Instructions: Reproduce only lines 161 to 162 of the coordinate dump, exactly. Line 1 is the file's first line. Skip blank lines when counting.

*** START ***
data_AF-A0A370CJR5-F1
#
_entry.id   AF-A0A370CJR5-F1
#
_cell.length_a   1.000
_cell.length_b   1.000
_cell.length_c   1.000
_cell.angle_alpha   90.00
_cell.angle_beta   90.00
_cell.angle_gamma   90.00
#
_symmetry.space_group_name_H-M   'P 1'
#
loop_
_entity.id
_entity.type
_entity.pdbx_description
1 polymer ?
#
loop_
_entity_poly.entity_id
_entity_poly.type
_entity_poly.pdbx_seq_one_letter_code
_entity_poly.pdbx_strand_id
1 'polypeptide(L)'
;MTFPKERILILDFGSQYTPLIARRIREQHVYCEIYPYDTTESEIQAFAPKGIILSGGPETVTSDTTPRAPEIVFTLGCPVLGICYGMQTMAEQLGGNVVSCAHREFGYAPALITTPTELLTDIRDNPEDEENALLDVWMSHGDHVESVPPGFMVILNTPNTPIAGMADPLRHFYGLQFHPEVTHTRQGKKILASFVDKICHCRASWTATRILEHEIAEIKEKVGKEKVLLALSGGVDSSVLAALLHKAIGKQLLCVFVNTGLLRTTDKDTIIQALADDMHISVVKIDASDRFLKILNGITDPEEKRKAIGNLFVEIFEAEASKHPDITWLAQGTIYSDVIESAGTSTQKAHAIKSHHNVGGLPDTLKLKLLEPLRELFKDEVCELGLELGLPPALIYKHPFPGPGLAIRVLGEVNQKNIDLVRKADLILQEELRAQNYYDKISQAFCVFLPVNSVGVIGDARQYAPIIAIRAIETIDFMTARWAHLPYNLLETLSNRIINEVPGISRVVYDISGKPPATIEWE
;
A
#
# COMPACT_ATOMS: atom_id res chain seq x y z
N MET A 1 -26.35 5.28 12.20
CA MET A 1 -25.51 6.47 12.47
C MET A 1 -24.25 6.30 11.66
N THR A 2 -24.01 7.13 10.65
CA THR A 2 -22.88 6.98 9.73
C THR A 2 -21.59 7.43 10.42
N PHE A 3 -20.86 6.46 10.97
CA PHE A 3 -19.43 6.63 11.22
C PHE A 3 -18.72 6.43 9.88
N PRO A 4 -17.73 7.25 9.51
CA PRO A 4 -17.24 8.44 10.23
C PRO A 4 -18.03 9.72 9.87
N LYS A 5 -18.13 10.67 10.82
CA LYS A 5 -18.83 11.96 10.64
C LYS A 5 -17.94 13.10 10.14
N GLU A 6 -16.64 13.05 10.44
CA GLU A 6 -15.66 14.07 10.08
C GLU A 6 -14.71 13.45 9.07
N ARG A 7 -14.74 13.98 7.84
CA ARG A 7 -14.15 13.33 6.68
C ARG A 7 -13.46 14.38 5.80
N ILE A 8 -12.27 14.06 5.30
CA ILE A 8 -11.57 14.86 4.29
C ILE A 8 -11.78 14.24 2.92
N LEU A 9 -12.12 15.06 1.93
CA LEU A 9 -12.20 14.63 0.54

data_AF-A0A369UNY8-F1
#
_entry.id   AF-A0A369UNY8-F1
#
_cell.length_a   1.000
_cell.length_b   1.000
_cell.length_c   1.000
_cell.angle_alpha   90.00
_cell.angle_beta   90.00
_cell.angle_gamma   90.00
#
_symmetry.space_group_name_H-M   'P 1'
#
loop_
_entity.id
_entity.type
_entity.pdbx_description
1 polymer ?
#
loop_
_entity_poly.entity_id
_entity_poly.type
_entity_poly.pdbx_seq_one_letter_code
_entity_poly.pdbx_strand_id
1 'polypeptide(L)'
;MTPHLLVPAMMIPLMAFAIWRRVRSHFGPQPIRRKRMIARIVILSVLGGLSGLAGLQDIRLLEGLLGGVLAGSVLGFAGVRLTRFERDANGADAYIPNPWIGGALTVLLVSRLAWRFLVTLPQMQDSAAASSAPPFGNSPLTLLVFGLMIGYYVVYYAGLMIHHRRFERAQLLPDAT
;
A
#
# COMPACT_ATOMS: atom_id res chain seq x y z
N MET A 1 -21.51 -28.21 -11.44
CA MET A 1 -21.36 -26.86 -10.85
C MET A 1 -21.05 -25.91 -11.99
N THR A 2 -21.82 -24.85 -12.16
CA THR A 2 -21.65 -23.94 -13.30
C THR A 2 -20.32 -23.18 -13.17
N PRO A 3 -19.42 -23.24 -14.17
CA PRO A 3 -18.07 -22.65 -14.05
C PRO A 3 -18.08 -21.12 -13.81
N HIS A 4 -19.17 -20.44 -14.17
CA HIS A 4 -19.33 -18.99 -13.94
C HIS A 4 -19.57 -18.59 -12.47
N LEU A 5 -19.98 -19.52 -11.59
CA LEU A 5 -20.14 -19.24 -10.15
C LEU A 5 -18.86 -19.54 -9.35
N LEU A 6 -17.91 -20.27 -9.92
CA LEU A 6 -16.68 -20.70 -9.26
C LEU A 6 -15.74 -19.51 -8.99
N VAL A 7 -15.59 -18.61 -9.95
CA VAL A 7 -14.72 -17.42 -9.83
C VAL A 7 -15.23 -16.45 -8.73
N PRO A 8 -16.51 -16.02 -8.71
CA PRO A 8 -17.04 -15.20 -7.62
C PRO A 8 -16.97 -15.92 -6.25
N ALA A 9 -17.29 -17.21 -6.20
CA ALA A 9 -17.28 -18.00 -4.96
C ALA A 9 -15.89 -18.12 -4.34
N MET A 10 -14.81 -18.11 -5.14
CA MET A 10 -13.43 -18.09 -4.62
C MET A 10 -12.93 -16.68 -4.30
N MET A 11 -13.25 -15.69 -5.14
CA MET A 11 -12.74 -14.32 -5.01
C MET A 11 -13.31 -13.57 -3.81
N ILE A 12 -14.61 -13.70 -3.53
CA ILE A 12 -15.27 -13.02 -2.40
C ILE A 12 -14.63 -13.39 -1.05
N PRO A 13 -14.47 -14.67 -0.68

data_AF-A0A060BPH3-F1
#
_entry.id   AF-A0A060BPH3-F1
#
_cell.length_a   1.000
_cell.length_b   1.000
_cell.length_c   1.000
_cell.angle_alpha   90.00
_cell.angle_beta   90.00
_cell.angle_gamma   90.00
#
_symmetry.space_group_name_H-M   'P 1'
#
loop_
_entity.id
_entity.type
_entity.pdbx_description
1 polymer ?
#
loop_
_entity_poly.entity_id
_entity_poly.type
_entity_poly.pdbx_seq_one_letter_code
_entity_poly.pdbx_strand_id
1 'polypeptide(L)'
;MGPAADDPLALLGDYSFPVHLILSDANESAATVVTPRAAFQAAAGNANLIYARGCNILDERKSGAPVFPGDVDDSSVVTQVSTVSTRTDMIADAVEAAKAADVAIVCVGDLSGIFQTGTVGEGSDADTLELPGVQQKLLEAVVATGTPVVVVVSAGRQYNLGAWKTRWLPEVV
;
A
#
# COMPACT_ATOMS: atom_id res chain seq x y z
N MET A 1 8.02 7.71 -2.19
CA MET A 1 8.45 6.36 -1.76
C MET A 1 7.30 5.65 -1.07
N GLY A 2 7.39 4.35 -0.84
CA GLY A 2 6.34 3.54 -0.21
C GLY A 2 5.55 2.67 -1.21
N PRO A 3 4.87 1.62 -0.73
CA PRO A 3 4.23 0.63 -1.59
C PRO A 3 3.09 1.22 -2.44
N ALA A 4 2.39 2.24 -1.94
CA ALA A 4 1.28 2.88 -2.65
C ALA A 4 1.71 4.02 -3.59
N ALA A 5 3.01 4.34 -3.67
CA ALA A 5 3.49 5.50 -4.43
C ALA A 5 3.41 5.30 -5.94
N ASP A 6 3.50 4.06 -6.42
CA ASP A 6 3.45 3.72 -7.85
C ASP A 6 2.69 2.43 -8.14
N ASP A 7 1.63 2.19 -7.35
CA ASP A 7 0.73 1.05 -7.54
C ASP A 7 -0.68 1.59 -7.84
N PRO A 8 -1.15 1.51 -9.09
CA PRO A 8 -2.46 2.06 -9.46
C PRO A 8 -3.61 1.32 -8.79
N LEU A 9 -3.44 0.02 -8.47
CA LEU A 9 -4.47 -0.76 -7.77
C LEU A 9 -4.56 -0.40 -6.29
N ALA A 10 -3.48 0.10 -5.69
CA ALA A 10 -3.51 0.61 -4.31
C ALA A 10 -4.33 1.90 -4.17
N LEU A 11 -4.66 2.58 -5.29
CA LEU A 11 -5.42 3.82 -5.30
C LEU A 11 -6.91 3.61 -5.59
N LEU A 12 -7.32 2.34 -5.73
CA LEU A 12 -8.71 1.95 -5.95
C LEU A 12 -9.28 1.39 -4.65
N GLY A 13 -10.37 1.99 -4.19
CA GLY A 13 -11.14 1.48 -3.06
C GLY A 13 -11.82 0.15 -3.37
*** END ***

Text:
CA PRO A 3 4.23 0.63 -1.59
C PRO A 3 3.09 1.22 -2.44